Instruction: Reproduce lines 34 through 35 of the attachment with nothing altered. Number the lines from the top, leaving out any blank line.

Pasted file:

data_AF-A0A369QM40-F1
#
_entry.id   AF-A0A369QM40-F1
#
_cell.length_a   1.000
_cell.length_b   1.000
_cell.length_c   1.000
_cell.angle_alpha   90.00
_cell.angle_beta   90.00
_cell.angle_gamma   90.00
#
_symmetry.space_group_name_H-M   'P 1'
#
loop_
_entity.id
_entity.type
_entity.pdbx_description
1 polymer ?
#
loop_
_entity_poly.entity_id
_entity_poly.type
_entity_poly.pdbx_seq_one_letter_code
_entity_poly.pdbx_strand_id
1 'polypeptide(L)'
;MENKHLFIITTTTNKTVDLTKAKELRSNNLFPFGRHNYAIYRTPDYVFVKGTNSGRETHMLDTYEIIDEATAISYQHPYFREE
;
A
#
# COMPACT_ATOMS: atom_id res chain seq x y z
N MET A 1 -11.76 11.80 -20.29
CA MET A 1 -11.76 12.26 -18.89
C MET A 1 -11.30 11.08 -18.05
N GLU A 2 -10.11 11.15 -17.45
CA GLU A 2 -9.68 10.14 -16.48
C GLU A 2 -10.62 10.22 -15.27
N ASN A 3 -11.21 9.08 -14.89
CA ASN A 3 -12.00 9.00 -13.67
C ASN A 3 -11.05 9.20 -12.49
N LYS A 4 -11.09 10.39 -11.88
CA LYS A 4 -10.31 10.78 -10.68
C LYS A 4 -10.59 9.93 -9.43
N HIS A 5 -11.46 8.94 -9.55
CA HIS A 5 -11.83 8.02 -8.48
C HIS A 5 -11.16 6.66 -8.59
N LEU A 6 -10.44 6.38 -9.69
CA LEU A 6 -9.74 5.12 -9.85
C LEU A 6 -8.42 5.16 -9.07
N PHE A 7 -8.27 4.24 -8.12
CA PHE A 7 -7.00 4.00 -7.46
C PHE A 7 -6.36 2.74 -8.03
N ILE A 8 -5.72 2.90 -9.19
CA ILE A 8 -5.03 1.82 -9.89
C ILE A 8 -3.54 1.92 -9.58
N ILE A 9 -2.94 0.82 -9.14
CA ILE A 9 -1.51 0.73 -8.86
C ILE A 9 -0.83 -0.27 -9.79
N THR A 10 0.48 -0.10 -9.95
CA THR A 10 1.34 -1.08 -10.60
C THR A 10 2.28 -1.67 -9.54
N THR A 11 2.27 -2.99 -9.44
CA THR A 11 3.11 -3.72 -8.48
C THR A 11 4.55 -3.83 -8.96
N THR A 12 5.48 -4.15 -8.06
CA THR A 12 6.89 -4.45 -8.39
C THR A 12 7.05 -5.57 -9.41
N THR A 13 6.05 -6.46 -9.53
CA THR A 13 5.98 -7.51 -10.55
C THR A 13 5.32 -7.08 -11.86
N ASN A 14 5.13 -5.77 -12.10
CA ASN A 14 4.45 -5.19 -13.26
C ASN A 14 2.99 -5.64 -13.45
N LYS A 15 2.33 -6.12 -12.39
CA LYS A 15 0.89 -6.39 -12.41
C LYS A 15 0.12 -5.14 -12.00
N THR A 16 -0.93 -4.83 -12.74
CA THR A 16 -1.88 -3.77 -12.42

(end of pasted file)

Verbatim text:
N GLU A 2 -10.11 11.15 -17.45
CA GLU A 2 -9.68 10.14 -16.48